One coach was more candid about it. In an otherwise cheery speech about starting a program from scratch and taking it to national prominence, everything turned dark for a few minutes as he discussed taking the job married and now being single. The other coach probably didn't even realize what he was saying, as he urged the audience to maintain strong relationships with his co-workers. Offering himself up as an example, he told us how he had eaten dinner every night with his head coach for a year. If you're married (and even if you're not) you know how impossible that scenario sounds.

I want to be clear: this post is not an attack on the single male coaches out there, of which there are many. It's more a call for help. So, rather than make this a long post telling most people what they already know, I want to hear from you. If you are reading this and you're a coach, male or female (even better), and you've had some success while not completely ignoring your family, send your story to swimbrief@gmail.com. Coaches need to hear your story and learn from it!

Tuesday, May 29, 2012

Fixing NCAA Qualification

One of the most vexing problems in college swimming is the NCAA qualification process. In a sport that otherwise operates on concrete time standards, this process rests on a two tiered system of cuts, alongside an algorithm that makes it impossible for all but the most dedicated to authentically determine who will make the meet. Add in a frenzy of last chance qualifiers and you have a recipe for frustration on many levels. At the CSCAA conference last week in San Antonio, Division 1 coaches sat down to try to fix the process, and failing that at least make it slightly better.

Before we get to what was newly proposed, let's talk about what we have now and how we got here. Coaches got an instructive history lesson on the formation of the "cap", now at the center of most people's complaints. For successive years in the 1980s the NCAA asked coaches for a recommendation on a cap figure. Coaches couldn't determine one, thus the NCAA decided for them: 235 men, and 322 women.

The women's "cap" figure works fairly well. This past year 15 relays were selected and 29-30 individuals.  A fair individual field for a national championship to be sure, although picking 15 relays when you score 16 has it's own issues. The men's cap was a disaster, this year resulting in 12 relays and as low as 17 individuals being selected. The reason, as has been much discussed by my colleague Shawn Klosterman, is relay only qualifiers.

This year's men's championship has 76 relay only qualifiers. These are swimmers that did not qualify individually but were part of a selected relay. They are allowed to attend the meet and swim any event they have a "B" cut in. Although less traditional "power" schools always get a few relay qualifiers, the process had become a way for the rich to get richer. If you were a Texas or California, you could qualify swimmers relay only without shaving or tapering them to get an individual cut.

In San Antonio, a proposal for radical change was developed and will be submitted to the NCAA for the coming season. In it, relay qualification as we know it will be totally scrapped. The cap of 235 (and 322) will be used to select individuals only, which this past qualification year would have resulted in 29-30 men's qualifiers in each event.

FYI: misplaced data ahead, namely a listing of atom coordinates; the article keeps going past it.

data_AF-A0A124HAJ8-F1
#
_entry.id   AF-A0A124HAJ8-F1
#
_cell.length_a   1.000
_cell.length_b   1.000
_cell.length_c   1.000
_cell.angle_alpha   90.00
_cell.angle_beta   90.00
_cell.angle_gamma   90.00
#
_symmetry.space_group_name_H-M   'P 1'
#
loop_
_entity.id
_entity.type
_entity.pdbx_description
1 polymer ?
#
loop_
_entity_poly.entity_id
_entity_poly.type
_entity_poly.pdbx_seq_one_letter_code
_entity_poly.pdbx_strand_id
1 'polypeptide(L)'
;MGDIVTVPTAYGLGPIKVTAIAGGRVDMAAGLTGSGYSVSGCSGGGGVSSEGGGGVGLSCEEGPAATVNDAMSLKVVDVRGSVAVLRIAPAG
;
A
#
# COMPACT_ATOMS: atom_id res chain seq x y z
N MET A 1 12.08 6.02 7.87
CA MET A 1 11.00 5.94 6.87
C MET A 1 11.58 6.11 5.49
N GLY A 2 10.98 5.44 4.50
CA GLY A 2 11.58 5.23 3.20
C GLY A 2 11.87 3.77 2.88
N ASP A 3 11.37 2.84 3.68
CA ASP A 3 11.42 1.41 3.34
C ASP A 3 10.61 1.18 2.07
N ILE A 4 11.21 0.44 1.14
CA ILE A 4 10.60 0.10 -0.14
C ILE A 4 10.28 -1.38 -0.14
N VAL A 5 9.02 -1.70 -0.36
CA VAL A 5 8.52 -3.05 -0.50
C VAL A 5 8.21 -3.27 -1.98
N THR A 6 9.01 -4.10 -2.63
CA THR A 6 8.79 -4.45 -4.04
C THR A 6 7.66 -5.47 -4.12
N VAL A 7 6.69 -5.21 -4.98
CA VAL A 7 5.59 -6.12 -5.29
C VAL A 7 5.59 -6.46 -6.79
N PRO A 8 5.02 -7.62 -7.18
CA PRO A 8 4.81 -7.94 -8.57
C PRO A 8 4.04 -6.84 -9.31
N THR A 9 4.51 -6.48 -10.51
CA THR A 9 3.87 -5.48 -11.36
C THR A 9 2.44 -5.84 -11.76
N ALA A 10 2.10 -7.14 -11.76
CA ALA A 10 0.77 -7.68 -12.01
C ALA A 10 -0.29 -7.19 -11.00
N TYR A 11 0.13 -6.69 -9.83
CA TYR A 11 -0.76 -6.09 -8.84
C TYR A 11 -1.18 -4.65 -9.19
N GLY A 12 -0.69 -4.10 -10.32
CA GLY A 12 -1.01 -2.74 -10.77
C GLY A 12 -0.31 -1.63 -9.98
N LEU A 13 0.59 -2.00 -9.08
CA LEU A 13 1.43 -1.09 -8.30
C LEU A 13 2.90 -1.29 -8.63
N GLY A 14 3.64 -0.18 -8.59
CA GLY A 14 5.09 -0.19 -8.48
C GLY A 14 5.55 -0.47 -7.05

Rather than destroying the role of relays in the meet, relays will make the meet through an alternate process. A cut time will be set up based on the average of the 16th place time prior to the NCAA meet of the last three years. Teams with an individual qualifier would be enter a relay provided they had met this time, and bring relay only swimmers alongside their qualifier to make the relay. These relay only swimmers would be true relay only swimmers- they would simply be there to swim a relay (or more). They would also be paid for by the school, not the NCAA.

That last part was and will be the most controversial part of the proposal. Schools are naturally concerned about anything that may add to their budget. The idea of limiting relay only swimmers to the relays stung for many schools who have seen relay only swimmers be successful. Ultimately, it was determined that schools big and small could ultimately push budget figures around if it meant getting people to the NCAA meet, the ultimate goal of most programs.

The proposal is not perfect, not without flaws, but it will improve the NCAA meet and qualification in crucial ways. It will make the meet faster, both individually and relay, as well as resulting in more participation at the meet. That is a win for everybody.

Friday, May 25, 2012

Training in Traffic

Some kids just don't care if the lane is crowded.  Weaving through traffic at full speed is an under-appreciated swimmer skill.

We have all dealt with crowded lanes and made the most of it.  I have had to rearrange the order of swimmers sometimes to keep things running smoothly sometimes.  Just this week I had to start telling my age groupers to line up in order of their 100 free time just to keep them from fighting about who leads the lane.  It is not usually a big deal until coach gets out the watch and expects some race quality splits when you know people are gonna get run over.